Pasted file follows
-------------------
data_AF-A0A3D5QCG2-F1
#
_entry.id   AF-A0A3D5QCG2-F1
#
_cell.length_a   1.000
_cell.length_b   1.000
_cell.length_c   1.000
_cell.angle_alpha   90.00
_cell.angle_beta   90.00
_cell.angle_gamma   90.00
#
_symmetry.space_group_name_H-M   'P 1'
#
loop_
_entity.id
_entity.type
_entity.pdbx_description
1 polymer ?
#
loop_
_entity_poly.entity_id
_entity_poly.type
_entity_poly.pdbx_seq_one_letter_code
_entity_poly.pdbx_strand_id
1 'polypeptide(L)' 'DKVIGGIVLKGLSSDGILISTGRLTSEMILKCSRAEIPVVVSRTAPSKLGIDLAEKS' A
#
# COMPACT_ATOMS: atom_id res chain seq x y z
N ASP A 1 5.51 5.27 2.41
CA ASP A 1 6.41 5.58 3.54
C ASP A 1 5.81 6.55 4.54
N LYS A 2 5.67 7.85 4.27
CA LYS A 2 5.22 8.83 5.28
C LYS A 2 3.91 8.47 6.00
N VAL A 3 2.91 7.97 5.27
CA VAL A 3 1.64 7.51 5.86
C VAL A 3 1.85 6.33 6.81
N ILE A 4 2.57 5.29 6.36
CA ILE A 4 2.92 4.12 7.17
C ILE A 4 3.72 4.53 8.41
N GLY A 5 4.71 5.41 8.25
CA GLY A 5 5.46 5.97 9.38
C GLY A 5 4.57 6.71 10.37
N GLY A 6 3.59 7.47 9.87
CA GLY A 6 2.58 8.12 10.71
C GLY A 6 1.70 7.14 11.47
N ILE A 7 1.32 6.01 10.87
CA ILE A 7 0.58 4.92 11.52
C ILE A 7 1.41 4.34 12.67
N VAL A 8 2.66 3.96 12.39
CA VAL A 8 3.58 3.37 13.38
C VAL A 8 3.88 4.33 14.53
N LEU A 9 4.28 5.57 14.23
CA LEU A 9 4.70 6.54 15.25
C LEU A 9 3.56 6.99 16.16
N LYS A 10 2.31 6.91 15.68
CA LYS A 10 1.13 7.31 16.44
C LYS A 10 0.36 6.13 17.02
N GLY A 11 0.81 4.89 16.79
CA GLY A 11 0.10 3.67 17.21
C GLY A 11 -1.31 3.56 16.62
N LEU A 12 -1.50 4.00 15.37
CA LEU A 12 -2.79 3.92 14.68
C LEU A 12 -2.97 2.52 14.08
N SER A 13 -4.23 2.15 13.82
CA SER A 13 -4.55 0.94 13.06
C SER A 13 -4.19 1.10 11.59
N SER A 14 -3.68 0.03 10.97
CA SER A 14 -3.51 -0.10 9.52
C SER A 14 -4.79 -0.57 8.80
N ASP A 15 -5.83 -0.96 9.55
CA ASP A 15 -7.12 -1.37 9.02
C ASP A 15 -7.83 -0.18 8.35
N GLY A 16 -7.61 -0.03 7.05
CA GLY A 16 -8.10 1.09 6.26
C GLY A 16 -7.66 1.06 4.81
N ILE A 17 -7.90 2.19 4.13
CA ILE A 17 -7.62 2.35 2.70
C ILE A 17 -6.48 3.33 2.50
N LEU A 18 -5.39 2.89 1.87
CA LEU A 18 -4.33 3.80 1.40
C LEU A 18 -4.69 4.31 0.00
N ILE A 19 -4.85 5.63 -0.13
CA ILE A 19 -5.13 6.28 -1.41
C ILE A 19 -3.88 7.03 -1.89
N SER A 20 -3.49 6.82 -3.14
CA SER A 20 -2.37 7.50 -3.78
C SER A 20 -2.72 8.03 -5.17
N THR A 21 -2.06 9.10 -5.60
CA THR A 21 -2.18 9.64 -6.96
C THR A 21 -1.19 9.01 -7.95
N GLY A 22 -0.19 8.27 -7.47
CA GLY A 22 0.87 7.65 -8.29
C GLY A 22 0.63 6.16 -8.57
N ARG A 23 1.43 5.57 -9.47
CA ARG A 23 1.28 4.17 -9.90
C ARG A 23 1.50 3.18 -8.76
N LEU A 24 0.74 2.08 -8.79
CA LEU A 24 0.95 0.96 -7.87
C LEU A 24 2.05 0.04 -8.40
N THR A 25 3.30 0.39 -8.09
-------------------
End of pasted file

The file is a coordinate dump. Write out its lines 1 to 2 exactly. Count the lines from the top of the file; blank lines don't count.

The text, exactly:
data_AF-A0A3D5QCG2-F1
#